Graduate Thesis Or Dissertation


Elucidating Key Aspects of the Biology of Select Species of Snail-killing Flies (Diptera: Sciomyzidae) in Oregon Public Deposited

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  • Members of the family Sciomyzidae, known as snail-killing or marsh flies, are unique amongst insects in that the vast majority of reared species feed exclusively on mollusks and as a result their biological control potential has been well documented in the scientific literature. However, in North America there is a lack of information on many aspects of the biology and behavior of these flies which has hampered their consideration and use as biological control agents of pest gastropods. This knowledge gap provided the incentive for this thesis which focused on two species, namely Tetanocera obtusifibula and Sepedon fuscipennis. The specific aims were to 1) determine if neonate larvae of T. obtusifibula can follow fresh snail mucus trails; 2) investigate the effect of temperature (10°C, 15°C, 20°C, ~4°C and outdoors) on the survival of unfed neonate T. obtusifibula larvae; and 3) elucidate the flight behavior of an adult sciomyzid fly for the first time using S. fuscipennis as the target species. The trail following bioassays were conducted on filter paper Y mazes, and significantly (P<0.05) more larvae displayed a positive response i.e. moved fully into the trail arm (73.9%) than a non-response i.e. did not trail follow (26.1%). Of those that displayed a positive response, 60% followed the trail to the end and 40% followed the mucus at least to the midpoint. These data suggest that larvae of T. obtusifibula actively seek out their prey and are may be effective hunters. In general, unfed neonate survival for this species decreased with increasing temperature. Thus, from a biological control perspective released neonate larvae may have less time to find suitable snail prey if they are released during warm summer days compared to cooler days during the fall. The flight mill data demonstrated that these flies have the potential to fly for a long distance (up to 25km in 24hrs on a flight mill) which is contrary to the current school of thought. This result also has important implications for using sciomyzids such as S. fuscipennis in biological control programs. For example, the ability to disperse over large distances could be viewed as advantageous for augmentative release programs utilizing native sciomyzid species where the goal is to manage a gastropod pest over a large area. Conversely, in cases of classical biological control, it will be necessary to exercise caution because non-target effects may have a broader geographical post release range than previously thought. Lastly, avenues for potential future research are suggested.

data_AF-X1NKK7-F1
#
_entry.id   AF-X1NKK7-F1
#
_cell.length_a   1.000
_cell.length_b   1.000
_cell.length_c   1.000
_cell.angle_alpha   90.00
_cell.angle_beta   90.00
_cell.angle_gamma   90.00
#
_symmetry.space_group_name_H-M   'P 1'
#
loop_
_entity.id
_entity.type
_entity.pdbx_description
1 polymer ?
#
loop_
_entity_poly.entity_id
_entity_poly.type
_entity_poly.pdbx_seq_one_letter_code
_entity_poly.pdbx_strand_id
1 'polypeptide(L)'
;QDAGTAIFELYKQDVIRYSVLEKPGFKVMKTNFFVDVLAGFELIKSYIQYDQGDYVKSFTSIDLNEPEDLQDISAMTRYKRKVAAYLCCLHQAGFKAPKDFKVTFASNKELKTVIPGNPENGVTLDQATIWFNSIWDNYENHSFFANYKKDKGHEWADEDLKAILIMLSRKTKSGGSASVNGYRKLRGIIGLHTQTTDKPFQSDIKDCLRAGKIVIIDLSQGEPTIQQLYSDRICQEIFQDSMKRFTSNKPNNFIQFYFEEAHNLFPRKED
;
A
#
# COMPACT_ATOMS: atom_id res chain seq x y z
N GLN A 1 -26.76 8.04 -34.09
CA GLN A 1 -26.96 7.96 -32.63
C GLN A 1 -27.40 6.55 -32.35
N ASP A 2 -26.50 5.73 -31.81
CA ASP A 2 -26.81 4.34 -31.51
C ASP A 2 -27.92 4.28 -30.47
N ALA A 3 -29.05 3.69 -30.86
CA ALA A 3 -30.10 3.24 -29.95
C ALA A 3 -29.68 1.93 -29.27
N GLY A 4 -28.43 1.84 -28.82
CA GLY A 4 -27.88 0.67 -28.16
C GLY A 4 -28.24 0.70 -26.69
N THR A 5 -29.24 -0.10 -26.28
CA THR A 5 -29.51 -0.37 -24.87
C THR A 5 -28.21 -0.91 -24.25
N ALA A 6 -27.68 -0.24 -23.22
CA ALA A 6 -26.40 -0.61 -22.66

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  • Intellectual Property (patent, etc.)
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  • 2019-09-25 to 2020-10-26



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